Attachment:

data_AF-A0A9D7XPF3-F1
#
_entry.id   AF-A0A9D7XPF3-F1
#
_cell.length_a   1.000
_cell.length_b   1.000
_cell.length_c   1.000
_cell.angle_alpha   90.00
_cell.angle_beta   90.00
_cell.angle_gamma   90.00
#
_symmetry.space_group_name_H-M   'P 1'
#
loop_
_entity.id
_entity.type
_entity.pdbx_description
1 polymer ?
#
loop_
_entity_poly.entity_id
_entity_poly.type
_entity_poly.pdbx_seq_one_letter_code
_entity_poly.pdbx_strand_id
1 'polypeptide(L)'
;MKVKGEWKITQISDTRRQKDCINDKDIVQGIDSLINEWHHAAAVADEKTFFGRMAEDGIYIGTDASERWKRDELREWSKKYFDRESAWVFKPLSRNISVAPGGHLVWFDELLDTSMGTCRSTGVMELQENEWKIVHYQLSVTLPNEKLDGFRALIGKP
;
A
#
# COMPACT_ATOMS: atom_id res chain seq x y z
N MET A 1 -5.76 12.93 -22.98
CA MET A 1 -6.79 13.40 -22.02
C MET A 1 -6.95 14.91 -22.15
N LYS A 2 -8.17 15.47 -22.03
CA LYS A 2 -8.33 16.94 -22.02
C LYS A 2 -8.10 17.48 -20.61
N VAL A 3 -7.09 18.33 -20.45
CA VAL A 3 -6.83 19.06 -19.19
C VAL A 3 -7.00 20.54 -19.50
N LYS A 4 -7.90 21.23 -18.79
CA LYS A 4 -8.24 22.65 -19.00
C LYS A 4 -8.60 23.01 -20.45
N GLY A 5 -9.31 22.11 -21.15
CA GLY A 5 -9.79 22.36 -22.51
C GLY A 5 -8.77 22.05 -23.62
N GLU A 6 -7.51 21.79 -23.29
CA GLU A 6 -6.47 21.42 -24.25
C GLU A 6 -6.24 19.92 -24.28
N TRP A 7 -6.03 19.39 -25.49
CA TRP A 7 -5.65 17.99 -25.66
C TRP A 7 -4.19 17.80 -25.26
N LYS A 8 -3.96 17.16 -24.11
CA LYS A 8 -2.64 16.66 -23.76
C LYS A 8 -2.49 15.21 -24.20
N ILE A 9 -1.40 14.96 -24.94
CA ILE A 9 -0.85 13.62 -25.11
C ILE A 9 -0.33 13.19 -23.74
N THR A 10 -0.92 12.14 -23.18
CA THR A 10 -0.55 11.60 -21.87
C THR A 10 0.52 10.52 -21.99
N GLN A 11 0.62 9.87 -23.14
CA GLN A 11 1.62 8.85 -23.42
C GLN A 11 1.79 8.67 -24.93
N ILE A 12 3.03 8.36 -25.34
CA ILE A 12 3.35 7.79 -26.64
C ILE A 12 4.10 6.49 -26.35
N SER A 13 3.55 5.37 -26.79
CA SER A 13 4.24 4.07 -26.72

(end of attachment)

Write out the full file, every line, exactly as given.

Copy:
data_AF-A0A9D7XPF3-F1
#
_entry.id   AF-A0A9D7XPF3-F1
#
_cell.length_a   1.000
_cell.length_b   1.000
_cell.length_c   1.000
_cell.angle_alpha   90.00
_cell.angle_beta   90.00
_cell.angle_gamma   90.00
#
_symmetry.space_group_name_H-M   'P 1'
#
loop_
_entity.id
_entity.type
_entity.pdbx_description
1 polymer ?
#
loop_
_entity_poly.entity_id
_entity_poly.type
_entity_poly.pdbx_seq_one_letter_code
_entity_poly.pdbx_strand_id
1 'polypeptide(L)'
;MKVKGEWKITQISDTRRQKDCINDKDIVQGIDSLINEWHHAAAVADEKTFFGRMAEDGIYIGTDASERWKRDELREWSKKYFDRESAWVFKPLSRNISVAPGGHLVWFDELLDTSMGTCRSTGVMELQENEWKIVHYQLSVTLPNEKLDGFRALIGKP
;
A
#
# COMPACT_ATOMS: atom_id res chain seq x y z
N MET A 1 -5.76 12.93 -22.98
CA MET A 1 -6.79 13.40 -22.02
C MET A 1 -6.95 14.91 -22.15
N LYS A 2 -8.17 15.47 -22.03
CA LYS A 2 -8.33 16.94 -22.02
C LYS A 2 -8.10 17.48 -20.61
N VAL A 3 -7.09 18.33 -20.45
CA VAL A 3 -6.83 19.06 -19.19
C VAL A 3 -7.00 20.54 -19.50
N LYS A 4 -7.90 21.23 -18.79
CA LYS A 4 -8.24 22.65 -19.00
C LYS A 4 -8.60 23.01 -20.45
N GLY A 5 -9.31 22.11 -21.15
CA GLY A 5 -9.79 22.36 -22.51
C GLY A 5 -8.77 22.05 -23.62
N GLU A 6 -7.51 21.79 -23.29
CA GLU A 6 -6.47 21.42 -24.25
C GLU A 6 -6.24 19.92 -24.28
N TRP A 7 -6.03 19.39 -25.49
CA TRP A 7 -5.65 17.99 -25.66
C TRP A 7 -4.19 17.80 -25.26
N LYS A 8 -3.96 17.16 -24.11
CA LYS A 8 -2.64 16.66 -23.76
C LYS A 8 -2.49 15.21 -24.20
N ILE A 9 -1.40 14.96 -24.94
CA ILE A 9 -0.85 13.62 -25.11
C ILE A 9 -0.33 13.19 -23.74
N THR A 10 -0.92 12.14 -23.18
CA THR A 10 -0.55 11.60 -21.87
C THR A 10 0.52 10.52 -21.99
N GLN A 11 0.62 9.87 -23.14
CA GLN A 11 1.62 8.85 -23.42
C GLN A 11 1.79 8.67 -24.93
N ILE A 12 3.03 8.36 -25.34
CA ILE A 12 3.35 7.79 -26.64
C ILE A 12 4.10 6.49 -26.35
N SER A 13 3.55 5.37 -26.79
CA SER A 13 4.24 4.07 -26.72